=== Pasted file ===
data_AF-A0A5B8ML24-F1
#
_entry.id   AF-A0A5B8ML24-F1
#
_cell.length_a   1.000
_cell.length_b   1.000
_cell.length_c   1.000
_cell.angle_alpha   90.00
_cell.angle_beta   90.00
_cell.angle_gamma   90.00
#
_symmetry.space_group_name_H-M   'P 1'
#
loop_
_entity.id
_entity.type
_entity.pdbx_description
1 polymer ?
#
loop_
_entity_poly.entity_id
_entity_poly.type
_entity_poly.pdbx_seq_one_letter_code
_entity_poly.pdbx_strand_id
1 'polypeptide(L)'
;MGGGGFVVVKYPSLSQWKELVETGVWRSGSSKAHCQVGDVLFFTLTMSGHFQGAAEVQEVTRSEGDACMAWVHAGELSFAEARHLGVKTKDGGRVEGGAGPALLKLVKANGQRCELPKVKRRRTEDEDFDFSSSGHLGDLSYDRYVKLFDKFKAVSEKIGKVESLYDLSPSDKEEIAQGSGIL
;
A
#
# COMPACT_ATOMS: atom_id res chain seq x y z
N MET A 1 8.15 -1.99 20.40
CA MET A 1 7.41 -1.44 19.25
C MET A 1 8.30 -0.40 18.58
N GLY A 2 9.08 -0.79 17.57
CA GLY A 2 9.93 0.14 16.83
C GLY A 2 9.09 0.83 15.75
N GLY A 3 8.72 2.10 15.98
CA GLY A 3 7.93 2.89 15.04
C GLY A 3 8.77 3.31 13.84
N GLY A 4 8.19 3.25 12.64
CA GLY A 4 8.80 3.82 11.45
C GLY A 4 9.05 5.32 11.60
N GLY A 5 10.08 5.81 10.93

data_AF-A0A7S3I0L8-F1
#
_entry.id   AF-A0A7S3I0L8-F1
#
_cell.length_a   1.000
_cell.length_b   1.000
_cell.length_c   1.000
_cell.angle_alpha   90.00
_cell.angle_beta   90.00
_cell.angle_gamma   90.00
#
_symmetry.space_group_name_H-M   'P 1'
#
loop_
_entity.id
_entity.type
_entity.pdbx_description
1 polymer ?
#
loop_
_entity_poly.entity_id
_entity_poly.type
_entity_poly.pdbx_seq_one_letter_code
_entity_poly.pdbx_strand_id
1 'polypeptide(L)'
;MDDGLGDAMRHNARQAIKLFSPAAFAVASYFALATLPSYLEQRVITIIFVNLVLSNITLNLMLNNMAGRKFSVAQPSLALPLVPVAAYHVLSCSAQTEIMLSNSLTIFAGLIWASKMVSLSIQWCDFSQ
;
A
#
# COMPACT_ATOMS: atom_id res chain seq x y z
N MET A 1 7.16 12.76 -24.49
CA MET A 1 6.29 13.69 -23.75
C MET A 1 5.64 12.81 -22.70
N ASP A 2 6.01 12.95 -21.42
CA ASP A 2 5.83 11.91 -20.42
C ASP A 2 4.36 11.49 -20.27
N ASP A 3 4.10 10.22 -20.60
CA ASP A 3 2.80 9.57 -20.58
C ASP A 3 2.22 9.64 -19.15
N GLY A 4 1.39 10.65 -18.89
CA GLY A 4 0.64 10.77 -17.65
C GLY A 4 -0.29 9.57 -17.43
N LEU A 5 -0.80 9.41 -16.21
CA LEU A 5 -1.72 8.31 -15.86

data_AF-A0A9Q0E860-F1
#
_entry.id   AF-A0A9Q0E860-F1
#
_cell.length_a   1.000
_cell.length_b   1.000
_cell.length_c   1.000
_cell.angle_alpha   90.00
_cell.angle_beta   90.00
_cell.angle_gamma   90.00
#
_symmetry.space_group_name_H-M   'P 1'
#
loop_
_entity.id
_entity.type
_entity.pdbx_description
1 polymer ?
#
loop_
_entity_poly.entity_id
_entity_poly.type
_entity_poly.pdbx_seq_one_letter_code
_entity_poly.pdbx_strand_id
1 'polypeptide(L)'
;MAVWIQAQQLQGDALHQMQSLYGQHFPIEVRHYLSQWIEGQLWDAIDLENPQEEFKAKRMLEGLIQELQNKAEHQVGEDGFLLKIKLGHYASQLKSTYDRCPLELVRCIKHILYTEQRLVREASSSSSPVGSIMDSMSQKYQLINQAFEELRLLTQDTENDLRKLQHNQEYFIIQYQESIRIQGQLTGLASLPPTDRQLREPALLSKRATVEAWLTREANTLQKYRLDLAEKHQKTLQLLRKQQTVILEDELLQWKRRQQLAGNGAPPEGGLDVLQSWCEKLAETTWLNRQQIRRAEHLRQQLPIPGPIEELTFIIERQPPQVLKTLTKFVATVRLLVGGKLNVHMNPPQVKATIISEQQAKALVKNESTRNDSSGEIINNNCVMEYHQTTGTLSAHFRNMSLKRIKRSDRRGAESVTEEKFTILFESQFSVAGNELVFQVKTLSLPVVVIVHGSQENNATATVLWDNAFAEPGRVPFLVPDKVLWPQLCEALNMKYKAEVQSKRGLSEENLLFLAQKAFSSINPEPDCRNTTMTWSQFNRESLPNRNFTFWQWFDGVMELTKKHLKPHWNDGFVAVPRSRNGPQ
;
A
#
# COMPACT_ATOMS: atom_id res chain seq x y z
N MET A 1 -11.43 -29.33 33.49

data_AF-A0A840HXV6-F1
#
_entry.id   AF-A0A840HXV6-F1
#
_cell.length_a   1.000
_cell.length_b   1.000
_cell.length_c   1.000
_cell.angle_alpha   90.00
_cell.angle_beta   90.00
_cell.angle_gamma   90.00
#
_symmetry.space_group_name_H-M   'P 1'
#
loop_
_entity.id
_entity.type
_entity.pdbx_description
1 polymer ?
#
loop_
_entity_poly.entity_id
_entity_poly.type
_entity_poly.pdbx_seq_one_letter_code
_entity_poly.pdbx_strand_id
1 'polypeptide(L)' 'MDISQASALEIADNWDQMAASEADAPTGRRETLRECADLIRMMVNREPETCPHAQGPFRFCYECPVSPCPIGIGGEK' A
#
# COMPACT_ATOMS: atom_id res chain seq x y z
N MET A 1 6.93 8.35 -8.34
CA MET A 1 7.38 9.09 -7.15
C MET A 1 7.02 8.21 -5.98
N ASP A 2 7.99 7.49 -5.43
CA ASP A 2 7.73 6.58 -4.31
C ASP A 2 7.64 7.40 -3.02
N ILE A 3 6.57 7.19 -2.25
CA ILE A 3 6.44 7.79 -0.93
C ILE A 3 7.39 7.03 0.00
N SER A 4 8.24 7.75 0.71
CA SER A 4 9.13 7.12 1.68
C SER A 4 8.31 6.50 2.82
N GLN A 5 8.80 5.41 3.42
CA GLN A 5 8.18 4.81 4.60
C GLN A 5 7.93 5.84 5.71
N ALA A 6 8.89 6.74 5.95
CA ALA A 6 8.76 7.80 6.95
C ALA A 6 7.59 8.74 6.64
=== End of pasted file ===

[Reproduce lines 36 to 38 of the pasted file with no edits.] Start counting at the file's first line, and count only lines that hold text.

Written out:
C GLY A 2 9.09 0.83 15.75
N GLY A 3 8.72 2.10 15.98
CA GLY A 3 7.93 2.89 15.04